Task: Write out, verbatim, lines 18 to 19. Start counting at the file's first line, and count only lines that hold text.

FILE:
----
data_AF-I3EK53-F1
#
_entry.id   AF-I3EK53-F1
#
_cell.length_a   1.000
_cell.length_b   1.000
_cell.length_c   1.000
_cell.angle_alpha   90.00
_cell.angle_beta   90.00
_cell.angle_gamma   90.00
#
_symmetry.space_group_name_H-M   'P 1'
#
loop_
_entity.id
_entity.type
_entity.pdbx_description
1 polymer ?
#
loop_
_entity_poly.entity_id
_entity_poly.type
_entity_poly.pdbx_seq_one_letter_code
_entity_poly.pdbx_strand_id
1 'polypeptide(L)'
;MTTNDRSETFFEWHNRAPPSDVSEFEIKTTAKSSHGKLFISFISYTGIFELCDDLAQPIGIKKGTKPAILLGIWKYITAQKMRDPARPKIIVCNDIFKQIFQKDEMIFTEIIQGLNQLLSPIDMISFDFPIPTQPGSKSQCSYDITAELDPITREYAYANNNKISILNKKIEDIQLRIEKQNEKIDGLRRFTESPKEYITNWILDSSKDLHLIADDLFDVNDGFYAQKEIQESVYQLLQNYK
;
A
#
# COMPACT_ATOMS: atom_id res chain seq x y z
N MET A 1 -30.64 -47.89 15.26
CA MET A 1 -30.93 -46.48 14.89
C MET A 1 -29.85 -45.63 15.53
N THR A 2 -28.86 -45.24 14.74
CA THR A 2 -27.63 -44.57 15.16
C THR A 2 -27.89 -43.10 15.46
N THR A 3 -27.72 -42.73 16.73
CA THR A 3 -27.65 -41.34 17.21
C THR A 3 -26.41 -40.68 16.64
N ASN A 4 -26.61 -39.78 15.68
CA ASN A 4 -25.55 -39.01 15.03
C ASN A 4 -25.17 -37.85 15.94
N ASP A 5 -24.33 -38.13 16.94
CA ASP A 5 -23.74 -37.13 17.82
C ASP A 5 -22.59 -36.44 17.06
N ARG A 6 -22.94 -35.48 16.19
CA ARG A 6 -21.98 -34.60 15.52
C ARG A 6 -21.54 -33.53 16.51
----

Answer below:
1 polymer ?
#